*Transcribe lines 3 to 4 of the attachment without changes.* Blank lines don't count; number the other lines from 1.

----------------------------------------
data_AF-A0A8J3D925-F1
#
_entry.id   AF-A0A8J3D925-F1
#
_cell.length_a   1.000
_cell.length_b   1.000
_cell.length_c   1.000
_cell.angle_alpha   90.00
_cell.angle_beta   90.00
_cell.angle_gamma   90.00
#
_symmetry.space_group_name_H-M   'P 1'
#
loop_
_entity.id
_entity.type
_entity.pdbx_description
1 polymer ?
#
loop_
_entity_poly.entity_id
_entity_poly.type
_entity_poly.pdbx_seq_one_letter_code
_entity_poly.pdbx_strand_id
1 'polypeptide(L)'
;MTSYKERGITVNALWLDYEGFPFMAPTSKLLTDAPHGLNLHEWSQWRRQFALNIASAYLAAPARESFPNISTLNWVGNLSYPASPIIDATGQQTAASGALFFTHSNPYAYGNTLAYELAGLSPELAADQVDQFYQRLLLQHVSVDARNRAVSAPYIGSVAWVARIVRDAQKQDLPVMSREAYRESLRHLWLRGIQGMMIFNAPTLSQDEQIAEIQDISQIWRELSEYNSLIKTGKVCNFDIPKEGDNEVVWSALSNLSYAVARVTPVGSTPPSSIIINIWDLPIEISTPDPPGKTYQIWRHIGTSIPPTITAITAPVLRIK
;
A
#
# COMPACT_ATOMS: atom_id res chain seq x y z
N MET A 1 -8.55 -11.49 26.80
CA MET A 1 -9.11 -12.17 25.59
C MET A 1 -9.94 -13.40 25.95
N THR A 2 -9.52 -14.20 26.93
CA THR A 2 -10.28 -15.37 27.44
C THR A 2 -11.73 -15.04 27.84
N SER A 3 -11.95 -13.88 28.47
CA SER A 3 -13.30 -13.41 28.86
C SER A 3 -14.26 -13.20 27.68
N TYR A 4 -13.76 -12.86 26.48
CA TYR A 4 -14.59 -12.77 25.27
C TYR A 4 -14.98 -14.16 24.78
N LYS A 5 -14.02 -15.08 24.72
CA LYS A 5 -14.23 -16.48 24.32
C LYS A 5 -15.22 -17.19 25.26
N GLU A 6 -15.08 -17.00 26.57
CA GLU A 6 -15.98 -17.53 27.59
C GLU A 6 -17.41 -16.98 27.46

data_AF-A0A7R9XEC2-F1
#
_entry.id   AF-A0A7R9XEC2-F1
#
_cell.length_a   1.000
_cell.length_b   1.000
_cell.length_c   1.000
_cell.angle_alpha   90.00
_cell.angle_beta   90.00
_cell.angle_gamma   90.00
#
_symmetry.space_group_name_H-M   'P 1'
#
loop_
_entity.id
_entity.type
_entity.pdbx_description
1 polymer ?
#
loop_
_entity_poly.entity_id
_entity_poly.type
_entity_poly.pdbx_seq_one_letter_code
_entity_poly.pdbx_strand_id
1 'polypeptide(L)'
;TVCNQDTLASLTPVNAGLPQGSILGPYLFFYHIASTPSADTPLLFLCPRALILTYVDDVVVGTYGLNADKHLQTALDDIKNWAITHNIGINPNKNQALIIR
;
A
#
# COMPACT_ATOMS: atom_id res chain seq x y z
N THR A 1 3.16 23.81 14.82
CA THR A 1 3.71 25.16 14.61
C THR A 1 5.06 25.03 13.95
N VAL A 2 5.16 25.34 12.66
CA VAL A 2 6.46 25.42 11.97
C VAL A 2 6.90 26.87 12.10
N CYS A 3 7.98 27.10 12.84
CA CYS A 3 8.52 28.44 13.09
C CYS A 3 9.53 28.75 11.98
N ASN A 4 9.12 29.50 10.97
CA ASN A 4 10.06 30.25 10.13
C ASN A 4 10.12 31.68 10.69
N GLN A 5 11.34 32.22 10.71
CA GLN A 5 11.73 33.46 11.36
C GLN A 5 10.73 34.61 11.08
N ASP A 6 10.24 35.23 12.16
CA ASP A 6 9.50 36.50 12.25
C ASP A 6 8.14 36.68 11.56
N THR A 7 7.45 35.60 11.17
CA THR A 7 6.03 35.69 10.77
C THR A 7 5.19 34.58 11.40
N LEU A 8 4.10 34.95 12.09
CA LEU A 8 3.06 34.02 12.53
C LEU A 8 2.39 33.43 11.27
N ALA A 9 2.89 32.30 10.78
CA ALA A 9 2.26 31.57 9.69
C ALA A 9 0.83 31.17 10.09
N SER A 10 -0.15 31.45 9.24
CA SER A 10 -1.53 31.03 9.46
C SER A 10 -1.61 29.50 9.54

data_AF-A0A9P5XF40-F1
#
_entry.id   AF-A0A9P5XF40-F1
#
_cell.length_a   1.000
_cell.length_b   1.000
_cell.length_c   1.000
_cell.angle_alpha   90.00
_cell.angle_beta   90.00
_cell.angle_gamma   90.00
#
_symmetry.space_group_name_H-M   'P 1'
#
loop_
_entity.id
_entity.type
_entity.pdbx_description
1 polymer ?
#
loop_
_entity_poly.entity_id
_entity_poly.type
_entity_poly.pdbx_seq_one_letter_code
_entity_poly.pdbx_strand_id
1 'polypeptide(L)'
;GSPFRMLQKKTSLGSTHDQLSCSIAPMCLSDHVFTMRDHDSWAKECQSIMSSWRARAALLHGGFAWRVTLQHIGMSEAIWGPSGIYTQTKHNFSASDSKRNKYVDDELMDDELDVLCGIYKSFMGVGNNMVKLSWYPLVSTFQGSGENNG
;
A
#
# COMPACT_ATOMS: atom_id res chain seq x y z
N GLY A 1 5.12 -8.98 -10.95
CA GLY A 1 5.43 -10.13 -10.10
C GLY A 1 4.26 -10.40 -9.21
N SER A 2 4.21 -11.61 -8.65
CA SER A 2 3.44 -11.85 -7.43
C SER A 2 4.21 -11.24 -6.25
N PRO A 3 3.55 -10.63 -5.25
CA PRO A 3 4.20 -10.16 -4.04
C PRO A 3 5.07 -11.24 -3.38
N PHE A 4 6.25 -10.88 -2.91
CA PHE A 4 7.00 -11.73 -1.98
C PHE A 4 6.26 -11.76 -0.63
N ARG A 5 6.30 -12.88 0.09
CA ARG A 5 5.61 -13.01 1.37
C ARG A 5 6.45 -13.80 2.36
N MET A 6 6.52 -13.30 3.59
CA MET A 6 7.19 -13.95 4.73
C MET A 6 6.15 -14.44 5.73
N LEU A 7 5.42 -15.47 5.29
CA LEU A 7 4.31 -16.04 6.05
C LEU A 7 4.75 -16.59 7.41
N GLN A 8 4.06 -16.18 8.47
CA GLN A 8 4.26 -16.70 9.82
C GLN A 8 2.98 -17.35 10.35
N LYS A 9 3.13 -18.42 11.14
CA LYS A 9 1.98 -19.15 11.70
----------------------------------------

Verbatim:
_entry.id   AF-A0A8J3D925-F1
#